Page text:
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I'm using Facebook's PHP SDK to log users in to my website, like so:

$facebook = new Facebook(array(
    "appId"  => "myAppID",
    "secret" => "mySecret",

$user = $facebook->getUser();

if ($user) {
    try {
        // user is authenticated
        $user_profile = $facebook->api("/me");
    } catch (FacebookApiException $ex) {
        $user = null;

if ($user) {
    $logoutURL = $facebook->getLogoutUrl();
    <img src="https://graph.facebook.com/<?php echo $user; ?>/picture" />
    <a href="<?php echo($logoutURL); ?>">Logout</a>
    <pre><?php print_r($user_profile); ?></pre>
} else {
    <a href="<?php echo($loginURL); ?>">Login</a>

The problem is that when a user returns to the site, they're no longer logged in, and have to log back in.

Is it possible for returning users to remain logged in?


My exact solution ended up being a combination of the JavaScript and PHP Facebook SDKs.

The problem is that a cookie isn't used to store the Facebook login information—a PHP session is (PHP session cookies expires when the browser is closed). In addition to this, unless you have offline access, the access tokens expire. In other words, even if you were to store the Facebook access token in a cookie, it would eventually expire and the user would be logged out.

The JavaScript I ended up using:

        appId: "myAppID",
        cookie: true, // enable cookies to allow the server to access the session
        xfbml: true, // parse XFBML
        oauth: true // enable OAuth 2.0

    FB.Event.subscribe("auth.login", function(response) {
        // a user logged in who was not previously logged in
        window.location.refresh(true); // ideally modify the page with JS rather than refreshing

    FB.Event.subscribe("auth.logout", function(response) {
        // a user logged out who was previously logged in
        window.location.refresh(true); // ideally modify the page with JS rather than refreshing

    // check if the user is logged in or not, using the Facebook JS SDK

When the page is loaded, the Facebook JavaScript SDK checks with Facebook to see if the user is logged in. If the user is logged in, and the cookie isn't already set, it will be set. You can then refresh the page (or, ideally, modify it with JavaScript) and the server will be able to access the cookie using the regular PHP SDK (and the first piece of code in this question).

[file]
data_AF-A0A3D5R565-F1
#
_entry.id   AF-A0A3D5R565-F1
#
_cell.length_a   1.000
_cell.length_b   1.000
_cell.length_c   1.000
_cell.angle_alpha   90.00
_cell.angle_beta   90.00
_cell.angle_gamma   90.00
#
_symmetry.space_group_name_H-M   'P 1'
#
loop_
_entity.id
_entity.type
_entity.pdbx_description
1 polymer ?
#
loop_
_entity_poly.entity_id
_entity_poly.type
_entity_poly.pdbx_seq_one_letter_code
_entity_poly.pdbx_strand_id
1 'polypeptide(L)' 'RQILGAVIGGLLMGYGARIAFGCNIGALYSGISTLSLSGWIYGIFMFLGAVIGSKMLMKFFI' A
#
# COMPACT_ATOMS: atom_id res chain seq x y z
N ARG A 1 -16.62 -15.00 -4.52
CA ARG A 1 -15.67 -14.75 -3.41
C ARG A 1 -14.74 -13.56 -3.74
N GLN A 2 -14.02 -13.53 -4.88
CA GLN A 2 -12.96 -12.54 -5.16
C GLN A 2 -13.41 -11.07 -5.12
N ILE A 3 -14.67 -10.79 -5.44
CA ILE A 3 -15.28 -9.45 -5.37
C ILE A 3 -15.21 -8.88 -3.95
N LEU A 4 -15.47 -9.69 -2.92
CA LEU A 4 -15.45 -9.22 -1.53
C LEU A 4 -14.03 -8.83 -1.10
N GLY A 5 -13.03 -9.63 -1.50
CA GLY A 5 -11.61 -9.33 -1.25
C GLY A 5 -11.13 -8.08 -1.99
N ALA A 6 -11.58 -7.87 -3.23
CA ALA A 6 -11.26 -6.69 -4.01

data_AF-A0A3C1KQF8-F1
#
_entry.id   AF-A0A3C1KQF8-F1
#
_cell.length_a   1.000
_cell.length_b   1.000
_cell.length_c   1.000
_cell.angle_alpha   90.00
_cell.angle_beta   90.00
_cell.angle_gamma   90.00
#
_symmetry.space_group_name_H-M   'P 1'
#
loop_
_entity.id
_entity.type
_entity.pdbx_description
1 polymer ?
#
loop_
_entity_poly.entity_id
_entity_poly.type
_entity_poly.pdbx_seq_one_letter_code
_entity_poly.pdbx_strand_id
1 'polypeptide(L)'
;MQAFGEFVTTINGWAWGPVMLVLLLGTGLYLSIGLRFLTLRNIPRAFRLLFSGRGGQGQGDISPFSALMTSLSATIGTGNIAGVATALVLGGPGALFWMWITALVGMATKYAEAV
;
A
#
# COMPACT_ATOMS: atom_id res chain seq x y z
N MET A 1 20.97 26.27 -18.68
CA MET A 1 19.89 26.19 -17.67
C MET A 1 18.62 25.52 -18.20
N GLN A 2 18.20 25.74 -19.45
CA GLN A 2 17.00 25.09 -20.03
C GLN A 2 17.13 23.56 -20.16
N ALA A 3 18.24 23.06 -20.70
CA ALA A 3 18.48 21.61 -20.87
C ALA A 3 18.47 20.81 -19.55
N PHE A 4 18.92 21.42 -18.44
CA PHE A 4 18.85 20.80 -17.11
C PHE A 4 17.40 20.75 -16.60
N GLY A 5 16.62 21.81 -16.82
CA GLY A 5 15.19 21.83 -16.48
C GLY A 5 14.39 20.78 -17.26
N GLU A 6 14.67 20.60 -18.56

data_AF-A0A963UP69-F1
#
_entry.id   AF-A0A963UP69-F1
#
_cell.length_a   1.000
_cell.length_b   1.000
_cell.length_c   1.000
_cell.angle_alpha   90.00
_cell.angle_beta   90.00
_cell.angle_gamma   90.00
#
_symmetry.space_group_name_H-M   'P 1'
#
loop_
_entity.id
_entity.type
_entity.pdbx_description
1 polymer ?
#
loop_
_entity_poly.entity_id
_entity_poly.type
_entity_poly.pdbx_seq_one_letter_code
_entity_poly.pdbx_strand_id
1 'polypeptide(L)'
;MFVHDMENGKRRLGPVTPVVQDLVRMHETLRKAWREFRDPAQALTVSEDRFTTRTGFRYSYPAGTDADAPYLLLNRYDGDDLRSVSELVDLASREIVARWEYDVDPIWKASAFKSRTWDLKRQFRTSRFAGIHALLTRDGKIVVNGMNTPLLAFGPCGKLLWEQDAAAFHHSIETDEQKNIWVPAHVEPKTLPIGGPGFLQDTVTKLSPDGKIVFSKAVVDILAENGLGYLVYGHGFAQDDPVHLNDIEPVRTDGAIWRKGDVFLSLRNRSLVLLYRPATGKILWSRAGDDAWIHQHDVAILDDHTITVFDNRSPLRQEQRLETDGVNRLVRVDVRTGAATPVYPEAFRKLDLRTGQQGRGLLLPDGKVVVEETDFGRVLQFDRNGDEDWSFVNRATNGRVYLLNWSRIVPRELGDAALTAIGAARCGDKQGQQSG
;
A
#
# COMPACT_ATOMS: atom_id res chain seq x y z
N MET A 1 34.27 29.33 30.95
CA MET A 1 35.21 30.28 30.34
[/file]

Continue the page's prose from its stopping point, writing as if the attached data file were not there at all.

This is the best way I've found for persistent logins across browsing sessions.

share|improve this question
up vote 4 down vote accepted

There are two scenarios here. One is to authenticate the user, and the other one is to recognize the user.

What usually happens when you use the login methods provided from any Facebook API is that they will see if the user have a session going with Facebook. If not the user will be prompted to log in so you can see which user it is. In your case you want the user to always be logged in to Facebook. This is not really doable since you need to find out which user it is. You could store a cookie on the users computer with some recognition details. You would need to have offline permissions for the user or else the user will have to be logged in with the API to get a fresh access_token.

If you want my advise you should just use the GetLoginStatus method of the API to check if the user has a session going with Facebook. If the user is not logged in to Facebook it is not too much to require them to log in on your website. Most users who use Facebook have their login stored so they will always have a session going whenever their browser is open.

That would/is the best way to go about it as it doesn't require you to ask the users for offline permissions which I suppose many users wouldn't want to give. If for some reason you can't use that approach I suggest getting offline permission and then storing a cookie on their computer with no timer on it so it won't be automatically deleted.

Sorry for the wall of text, but I hope I was somewhat helpful :)

share|improve this answer
That was extremely useful, thank you so much. – Tom Marthenal Aug 21 '11 at 1:59
For anyone reading this in the future: there's more information in the second part of my question on implementing this. – Tom Marthenal Aug 21 '11 at 4:55

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